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STEADICAM ® IN HAND! A Brief History

By Garrett Brown,
Copyright 2008


“Everyone knows about your original Steadicam, but I don’t think people know the story behind the handheld version––which is something I’m personally interested in as I’m sure other people will be.

If you have any pictures you can dig up of the prototypes or any related material we could post on merlinresource.com, that would be fantastic....

Why did you create a handheld Steadicam?”
James Elias





This e-mail from our young Jedi apprentice in the UK, landed on my screen more than a year ago. Of course I said ‘Yes.’

James, I’m embarrassed how long it has taken me to get to this, but it’s an classic ‘inventing’ tale, with all the elements (except the usual tragic ending), and I have rounded up some great old relics to show you, so here goes:






The first video camera & recorder that could be easily carried ‘in the field’ was the singular Akai ¼” reel-to-reel machine that I bought in 1972, to document the experiments that led to the Steadicam and the initial exploits of my son JB (Jonathan Brown, ASC, now age 37!)

The Akai was a wonder––it used ordinary-looking audio tape on 5” reels and was battery powered with a built-in monitor! Best of all, at the end of a thin six-foot cable, was a little C-mount black & white camera that accepted all my 16mm film lenses!

As has been related elsewhere, I bolted it onto the secret contraption we called the ‘Pole Rig’ and chased my wife over the fields and through the Pennsylvania woods with complete abandon; and then we sat down on a log and played back the astonishing results...

Fast forward... Calendar pages madly flipping...

35mmversiondemoreeltoLAdealcontractmoreprototypesrockyoscarshiningworkshops-bzzzzzt-skycam!...

...and lo! In 1984 JVC combined a VHS-C camera with a shrunk-down version of its separate recorder, and the first, all-in-one, ‘hand-holdable’ camcorder appeared!

I bought one instantly, to document the madness at Skyworks as we completed the first Skycam (the robotic, wire-borne, aerial camera that now ‘flies’ over sporting events), and our Steadicam operator pals, including the legendary Ted Churchill, came often to Philly to help out and video our earliest ‘flights’ over my former high school athletic field.

The JVC could record for 20 minutes and was fun to use: Auto-focus, auto-iris, auto color balance! For those of us used to four-minute magazines and five-man camera crews pulling focus with remote lens controls, it was liberating! A revelation! But it was also irritating to be thrust back into ‘hand-held’ shooting. We were sooo beyond that, so annoyed at the shakiness and klutziness of the moves and the twitching breathing static shots...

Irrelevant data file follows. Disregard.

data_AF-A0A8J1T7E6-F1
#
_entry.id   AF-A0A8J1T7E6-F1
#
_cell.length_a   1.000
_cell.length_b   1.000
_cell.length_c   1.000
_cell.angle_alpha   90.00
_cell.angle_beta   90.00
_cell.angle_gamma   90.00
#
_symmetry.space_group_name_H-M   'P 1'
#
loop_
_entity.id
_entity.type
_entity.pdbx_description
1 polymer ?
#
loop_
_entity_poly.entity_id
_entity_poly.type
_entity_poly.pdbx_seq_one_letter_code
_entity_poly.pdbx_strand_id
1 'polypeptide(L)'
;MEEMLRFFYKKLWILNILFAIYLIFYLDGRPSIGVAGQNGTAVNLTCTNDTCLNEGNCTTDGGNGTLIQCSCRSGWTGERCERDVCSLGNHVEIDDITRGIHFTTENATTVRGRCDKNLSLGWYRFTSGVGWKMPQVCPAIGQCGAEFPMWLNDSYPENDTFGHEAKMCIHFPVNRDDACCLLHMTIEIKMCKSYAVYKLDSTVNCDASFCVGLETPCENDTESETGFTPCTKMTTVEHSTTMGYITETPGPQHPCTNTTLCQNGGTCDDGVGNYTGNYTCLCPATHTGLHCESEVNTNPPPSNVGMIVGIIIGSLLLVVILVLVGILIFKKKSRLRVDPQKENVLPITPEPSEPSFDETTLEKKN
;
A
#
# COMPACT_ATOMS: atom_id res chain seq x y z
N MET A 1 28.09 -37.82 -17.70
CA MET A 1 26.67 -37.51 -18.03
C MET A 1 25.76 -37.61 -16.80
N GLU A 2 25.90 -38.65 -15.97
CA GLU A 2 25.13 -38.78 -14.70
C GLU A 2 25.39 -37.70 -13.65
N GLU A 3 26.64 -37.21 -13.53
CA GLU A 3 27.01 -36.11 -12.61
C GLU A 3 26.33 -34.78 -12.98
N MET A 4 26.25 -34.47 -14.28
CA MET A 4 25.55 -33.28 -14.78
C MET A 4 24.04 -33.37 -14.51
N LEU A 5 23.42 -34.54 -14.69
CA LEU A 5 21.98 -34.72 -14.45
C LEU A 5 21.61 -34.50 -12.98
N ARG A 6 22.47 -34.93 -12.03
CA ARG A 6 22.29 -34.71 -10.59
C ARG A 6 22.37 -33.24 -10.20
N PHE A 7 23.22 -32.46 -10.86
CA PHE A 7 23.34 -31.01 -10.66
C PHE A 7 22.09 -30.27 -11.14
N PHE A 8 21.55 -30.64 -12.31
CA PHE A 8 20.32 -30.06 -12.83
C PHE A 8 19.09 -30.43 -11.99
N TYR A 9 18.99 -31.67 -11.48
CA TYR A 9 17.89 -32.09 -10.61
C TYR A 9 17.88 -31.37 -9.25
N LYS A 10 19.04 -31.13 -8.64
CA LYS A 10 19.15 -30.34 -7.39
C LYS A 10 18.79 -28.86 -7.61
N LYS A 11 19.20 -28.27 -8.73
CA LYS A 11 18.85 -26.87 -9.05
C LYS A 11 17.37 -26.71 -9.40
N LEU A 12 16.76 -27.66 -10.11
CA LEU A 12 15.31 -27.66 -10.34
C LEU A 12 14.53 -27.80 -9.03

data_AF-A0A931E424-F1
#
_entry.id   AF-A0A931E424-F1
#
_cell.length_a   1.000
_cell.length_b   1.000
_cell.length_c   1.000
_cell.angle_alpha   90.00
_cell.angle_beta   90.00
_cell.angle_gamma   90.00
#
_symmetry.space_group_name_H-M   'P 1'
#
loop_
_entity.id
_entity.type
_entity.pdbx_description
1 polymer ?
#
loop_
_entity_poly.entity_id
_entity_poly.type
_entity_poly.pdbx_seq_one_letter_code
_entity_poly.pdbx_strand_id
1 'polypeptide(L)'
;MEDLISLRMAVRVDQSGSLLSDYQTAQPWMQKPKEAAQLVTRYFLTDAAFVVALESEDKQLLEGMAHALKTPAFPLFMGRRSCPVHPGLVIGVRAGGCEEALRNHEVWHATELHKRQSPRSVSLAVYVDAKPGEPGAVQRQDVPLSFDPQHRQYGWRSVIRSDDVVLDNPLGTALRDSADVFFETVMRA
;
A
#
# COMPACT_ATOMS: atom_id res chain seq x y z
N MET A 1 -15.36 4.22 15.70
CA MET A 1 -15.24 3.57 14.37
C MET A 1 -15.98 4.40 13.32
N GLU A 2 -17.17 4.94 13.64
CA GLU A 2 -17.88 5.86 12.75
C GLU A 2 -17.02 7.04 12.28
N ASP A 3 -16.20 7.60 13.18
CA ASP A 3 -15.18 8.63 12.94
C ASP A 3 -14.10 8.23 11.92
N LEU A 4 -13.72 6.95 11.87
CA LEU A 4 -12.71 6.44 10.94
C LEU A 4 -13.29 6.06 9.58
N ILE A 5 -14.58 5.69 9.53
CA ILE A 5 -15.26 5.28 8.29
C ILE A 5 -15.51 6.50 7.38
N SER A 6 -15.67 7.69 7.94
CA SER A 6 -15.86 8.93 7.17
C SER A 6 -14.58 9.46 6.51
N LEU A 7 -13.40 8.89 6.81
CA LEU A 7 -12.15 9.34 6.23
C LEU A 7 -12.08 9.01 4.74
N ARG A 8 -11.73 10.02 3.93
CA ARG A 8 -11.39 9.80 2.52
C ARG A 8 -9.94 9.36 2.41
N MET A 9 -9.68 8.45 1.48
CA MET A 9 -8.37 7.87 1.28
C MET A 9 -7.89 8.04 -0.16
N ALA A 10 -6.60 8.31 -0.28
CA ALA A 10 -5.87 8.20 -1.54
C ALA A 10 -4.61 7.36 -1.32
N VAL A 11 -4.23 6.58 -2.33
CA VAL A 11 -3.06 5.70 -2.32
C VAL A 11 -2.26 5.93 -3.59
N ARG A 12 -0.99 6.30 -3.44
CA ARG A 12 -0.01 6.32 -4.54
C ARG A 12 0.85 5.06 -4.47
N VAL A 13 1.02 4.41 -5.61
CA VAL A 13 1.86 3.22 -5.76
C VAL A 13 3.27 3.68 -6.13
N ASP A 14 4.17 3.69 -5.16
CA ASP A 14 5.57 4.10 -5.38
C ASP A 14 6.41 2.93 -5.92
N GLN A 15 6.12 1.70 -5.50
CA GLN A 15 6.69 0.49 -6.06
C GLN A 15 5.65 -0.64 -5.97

Something was missing. Something we wanted! (a wheel?, an ipod?) but couldn’t even articulate, until the ‘gap’ is recognized and gets filled––and ever after seems so obvious!



In November of 1986 my friend Damon Sinclair was preparing to shoot ‘The Last Hunt,” his documentary about a grand old Irish fox-hunting family, and since he was an accomplished horseman, Damon asked me if there was any way he could film the jumps from the rider’s perspective. He owned a couple of Ken Richter’s tiny and delicate 16mm EMP (‘Envelope Minimum Possible’) cameras, which could be held in one fist, but his equestrian shots were violently shaky. I drew up a miniature version of my first ‘Pole rig’ with an added pan bearing and some isolating foam at the C.G. For viewfinding, I taught him the old Steadicam workshop ‘stick’ gag, for use if ones monitor craps out!




Humans have the useful ability, by some magic of perspective, to know just where a waist-high revolver or finger or stick is pointing, so if you tape pencils to the four corners of a matte-box and ‘bore-site’ them toward the extremities of your frame, uncannily, you’ll know what’s just ‘in’ and what’s just ‘out’ of shot!

We got the rig built and Damon tried it out on horseback, pronounced it ‘usable’ and took off for Ireland. (Look closely at the above photo to see his viewfinding ‘pencils’ in action!) When he got home with the footage, I was pleased to see that our gizmo had worked! It was amazing and powerful and, in context––swooping over broad ditches and five-foot gates––remarkably steady!